Sun City Arizona
Golf carts are the “second car” of most Sun City, Arizona residents. Here I am, about to take a spin in one

There Are Lots of Things To Do in Sun City

According to Joelyn Higgins, Marketing Coordinator of the Recreation Centers of Sun City – there are 130 recongized clubs for people with just about any sort of interest you can think of.  Calligraphy, wood working, painting, jewelry, knitting, leathercraft, stained glass, metal, ceramics and quilting for starters.   The participation fees are perhaps the greatest value in town – the wood shop for example costs $15 a year for use of a massive room full of the latest wood working machines and tools.   (Think high school shop class on steroids.)

Sun City resident Bob Danneman works on a project in one of the recreation centers large wood shops – at a cost of $15 a year.

A “Sun Bowl” outdoor concert venue provides top quality live entertainment for as many as 7,000 people – for free on Sunday nights.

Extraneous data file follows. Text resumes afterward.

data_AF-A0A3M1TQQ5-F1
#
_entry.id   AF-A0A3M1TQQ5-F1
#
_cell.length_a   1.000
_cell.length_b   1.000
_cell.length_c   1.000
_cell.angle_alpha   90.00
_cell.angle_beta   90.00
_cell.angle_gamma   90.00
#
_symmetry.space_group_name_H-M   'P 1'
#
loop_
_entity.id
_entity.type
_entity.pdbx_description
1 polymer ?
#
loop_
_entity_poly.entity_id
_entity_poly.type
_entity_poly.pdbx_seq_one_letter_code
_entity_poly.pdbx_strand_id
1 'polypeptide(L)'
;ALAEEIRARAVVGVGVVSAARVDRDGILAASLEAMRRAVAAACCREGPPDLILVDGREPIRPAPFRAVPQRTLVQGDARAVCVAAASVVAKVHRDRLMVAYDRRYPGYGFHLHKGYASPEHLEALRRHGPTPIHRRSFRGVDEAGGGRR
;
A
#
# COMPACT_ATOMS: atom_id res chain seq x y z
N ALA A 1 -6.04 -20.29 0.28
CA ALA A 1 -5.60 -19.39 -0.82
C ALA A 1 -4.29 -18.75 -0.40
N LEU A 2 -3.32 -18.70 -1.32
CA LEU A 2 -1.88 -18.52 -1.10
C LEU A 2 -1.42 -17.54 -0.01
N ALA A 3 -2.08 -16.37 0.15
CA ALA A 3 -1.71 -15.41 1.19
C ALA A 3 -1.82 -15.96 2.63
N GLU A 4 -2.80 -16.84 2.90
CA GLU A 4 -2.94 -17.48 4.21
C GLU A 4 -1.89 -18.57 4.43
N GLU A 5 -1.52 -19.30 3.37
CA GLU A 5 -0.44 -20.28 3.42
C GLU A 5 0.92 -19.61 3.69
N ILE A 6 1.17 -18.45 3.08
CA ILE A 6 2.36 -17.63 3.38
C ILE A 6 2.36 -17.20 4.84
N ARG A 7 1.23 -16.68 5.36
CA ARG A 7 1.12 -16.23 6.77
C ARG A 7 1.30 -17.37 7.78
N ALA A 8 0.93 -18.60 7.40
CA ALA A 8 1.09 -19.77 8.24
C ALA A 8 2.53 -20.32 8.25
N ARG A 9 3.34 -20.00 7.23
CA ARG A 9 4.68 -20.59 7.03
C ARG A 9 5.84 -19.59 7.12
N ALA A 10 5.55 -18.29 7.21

Other activities include soft ball, racquetball, billiards, aerobics, various card clubs, a model railroad club, shuffleboard, photography, lawn bowling, fishing and basketball.

Is It Expensive To Live in Sun City?

With all of its perks, you’re inclined to wonder: is it expensive to live in Sun City? Compared to other retirement communities in Arizona, the answer is “no”.

Sun City has an impressive financial history and zero debt policy. The board of directors (there is no Mayor) pays cash for everything it purchases. An incredible feat considering everything in town looks like it’s in mint condition. It’s a team effort of residents taking great care of their community and the city fixing things immediately and upgrading when needed. Curb appeal is important to attract future residents to Sun City.

So how do they do it?  For starters, to become a resident you must pay a one-time $3,000 fee when you purchase property within the city limits.  That money goes into a fund for construction and upgrades of  facilities. The cost to use any of the seven community centers including the public golf courses is about $500 annually per household.  There are additional fees for certain clubs or workshops – but as referenced above – they are incredibly low.

Sun Views, a local newspaper, shares a transparent financial report of the current city expenditures and revenue stream.